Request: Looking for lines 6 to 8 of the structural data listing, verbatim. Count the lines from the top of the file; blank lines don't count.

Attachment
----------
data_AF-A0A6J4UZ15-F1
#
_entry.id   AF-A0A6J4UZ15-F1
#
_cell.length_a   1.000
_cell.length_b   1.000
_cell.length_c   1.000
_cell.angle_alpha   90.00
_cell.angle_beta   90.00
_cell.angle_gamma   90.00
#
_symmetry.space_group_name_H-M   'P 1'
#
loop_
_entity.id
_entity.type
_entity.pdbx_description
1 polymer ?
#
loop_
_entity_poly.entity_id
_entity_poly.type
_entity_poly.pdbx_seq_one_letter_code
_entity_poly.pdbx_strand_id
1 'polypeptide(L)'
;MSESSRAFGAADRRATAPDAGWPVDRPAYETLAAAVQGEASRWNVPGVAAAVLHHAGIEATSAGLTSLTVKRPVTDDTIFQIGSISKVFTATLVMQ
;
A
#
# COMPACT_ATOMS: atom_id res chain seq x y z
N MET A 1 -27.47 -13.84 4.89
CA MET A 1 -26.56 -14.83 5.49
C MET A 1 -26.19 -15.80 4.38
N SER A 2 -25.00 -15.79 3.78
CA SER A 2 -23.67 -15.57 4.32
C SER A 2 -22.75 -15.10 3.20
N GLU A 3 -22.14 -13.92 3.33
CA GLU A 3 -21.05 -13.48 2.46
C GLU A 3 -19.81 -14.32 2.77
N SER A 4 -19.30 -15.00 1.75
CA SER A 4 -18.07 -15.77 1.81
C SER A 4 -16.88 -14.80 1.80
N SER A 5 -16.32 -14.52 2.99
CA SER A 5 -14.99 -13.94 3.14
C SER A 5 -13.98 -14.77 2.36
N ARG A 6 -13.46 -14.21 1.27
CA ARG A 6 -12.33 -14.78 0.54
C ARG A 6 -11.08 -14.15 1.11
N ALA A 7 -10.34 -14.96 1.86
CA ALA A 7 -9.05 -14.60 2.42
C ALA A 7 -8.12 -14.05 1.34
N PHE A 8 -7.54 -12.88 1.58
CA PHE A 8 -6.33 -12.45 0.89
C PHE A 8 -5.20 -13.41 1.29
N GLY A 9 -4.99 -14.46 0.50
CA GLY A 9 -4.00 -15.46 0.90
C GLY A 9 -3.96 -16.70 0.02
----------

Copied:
_cell.length_b   1.000
_cell.length_c   1.000
_cell.angle_alpha   90.00